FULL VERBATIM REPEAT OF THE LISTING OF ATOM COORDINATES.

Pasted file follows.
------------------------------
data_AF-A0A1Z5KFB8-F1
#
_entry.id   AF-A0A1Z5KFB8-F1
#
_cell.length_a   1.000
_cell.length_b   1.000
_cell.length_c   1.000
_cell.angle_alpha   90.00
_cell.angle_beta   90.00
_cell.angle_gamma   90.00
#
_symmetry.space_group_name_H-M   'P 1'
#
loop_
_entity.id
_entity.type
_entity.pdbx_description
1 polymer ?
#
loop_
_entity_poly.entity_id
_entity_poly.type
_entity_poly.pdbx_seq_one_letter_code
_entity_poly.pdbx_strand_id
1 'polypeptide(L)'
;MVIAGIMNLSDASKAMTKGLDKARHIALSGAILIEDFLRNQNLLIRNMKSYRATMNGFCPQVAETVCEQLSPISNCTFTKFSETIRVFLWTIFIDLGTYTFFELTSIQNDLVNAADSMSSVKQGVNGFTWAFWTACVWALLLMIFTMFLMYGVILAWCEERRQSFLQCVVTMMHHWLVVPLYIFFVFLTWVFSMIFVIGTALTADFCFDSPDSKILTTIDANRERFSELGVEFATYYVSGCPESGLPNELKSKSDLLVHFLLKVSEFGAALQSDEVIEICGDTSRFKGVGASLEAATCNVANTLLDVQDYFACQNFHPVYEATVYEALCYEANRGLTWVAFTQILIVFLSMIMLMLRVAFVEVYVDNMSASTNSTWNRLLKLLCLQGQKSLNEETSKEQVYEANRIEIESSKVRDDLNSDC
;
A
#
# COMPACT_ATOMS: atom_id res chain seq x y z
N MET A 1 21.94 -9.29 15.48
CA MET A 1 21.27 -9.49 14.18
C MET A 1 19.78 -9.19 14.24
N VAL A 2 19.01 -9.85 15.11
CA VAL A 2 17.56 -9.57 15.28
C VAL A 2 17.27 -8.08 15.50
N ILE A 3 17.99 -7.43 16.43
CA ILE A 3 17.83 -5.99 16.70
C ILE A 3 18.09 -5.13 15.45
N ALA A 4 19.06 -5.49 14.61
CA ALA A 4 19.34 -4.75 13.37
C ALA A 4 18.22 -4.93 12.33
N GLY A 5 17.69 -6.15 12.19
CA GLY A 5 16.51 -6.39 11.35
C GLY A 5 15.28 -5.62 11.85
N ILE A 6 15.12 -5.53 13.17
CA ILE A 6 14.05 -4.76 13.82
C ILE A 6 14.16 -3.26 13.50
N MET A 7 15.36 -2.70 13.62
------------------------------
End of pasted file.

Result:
data_AF-A0A1Z5KFB8-F1
#
_entry.id   AF-A0A1Z5KFB8-F1
#
_cell.length_a   1.000
_cell.length_b   1.000
_cell.length_c   1.000
_cell.angle_alpha   90.00
_cell.angle_beta   90.00
_cell.angle_gamma   90.00
#
_symmetry.space_group_name_H-M   'P 1'
#
loop_
_entity.id
_entity.type
_entity.pdbx_description
1 polymer ?
#
loop_
_entity_poly.entity_id
_entity_poly.type
_entity_poly.pdbx_seq_one_letter_code
_entity_poly.pdbx_strand_id
1 'polypeptide(L)'
;MVIAGIMNLSDASKAMTKGLDKARHIALSGAILIEDFLRNQNLLIRNMKSYRATMNGFCPQVAETVCEQLSPISNCTFTKFSETIRVFLWTIFIDLGTYTFFELTSIQNDLVNAADSMSSVKQGVNGFTWAFWTACVWALLLMIFTMFLMYGVILAWCEERRQSFLQCVVTMMHHWLVVPLYIFFVFLTWVFSMIFVIGTALTADFCFDSPDSKILTTIDANRERFSELGVEFATYYVSGCPESGLPNELKSKSDLLVHFLLKVSEFGAALQSDEVIEICGDTSRFKGVGASLEAATCNVANTLLDVQDYFACQNFHPVYEATVYEALCYEANRGLTWVAFTQILIVFLSMIMLMLRVAFVEVYVDNMSASTNSTWNRLLKLLCLQGQKSLNEETSKEQVYEANRIEIESSKVRDDLNSDC
;
A
#
# COMPACT_ATOMS: atom_id res chain seq x y z
N MET A 1 21.94 -9.29 15.48
CA MET A 1 21.27 -9.49 14.18
C MET A 1 19.78 -9.19 14.24
N VAL A 2 19.01 -9.85 15.11
CA VAL A 2 17.56 -9.57 15.28
C VAL A 2 17.27 -8.08 15.50
N ILE A 3 17.99 -7.43 16.43
CA ILE A 3 17.83 -5.99 16.70
C ILE A 3 18.09 -5.13 15.45
N ALA A 4 19.06 -5.49 14.61
CA ALA A 4 19.34 -4.75 13.37
C ALA A 4 18.22 -4.93 12.33
N GLY A 5 17.69 -6.15 12.19
CA GLY A 5 16.51 -6.39 11.35
C GLY A 5 15.28 -5.62 11.85
N ILE A 6 15.12 -5.53 13.17
CA ILE A 6 14.05 -4.76 13.82
C ILE A 6 14.16 -3.26 13.50
N MET A 7 15.36 -2.70 13.62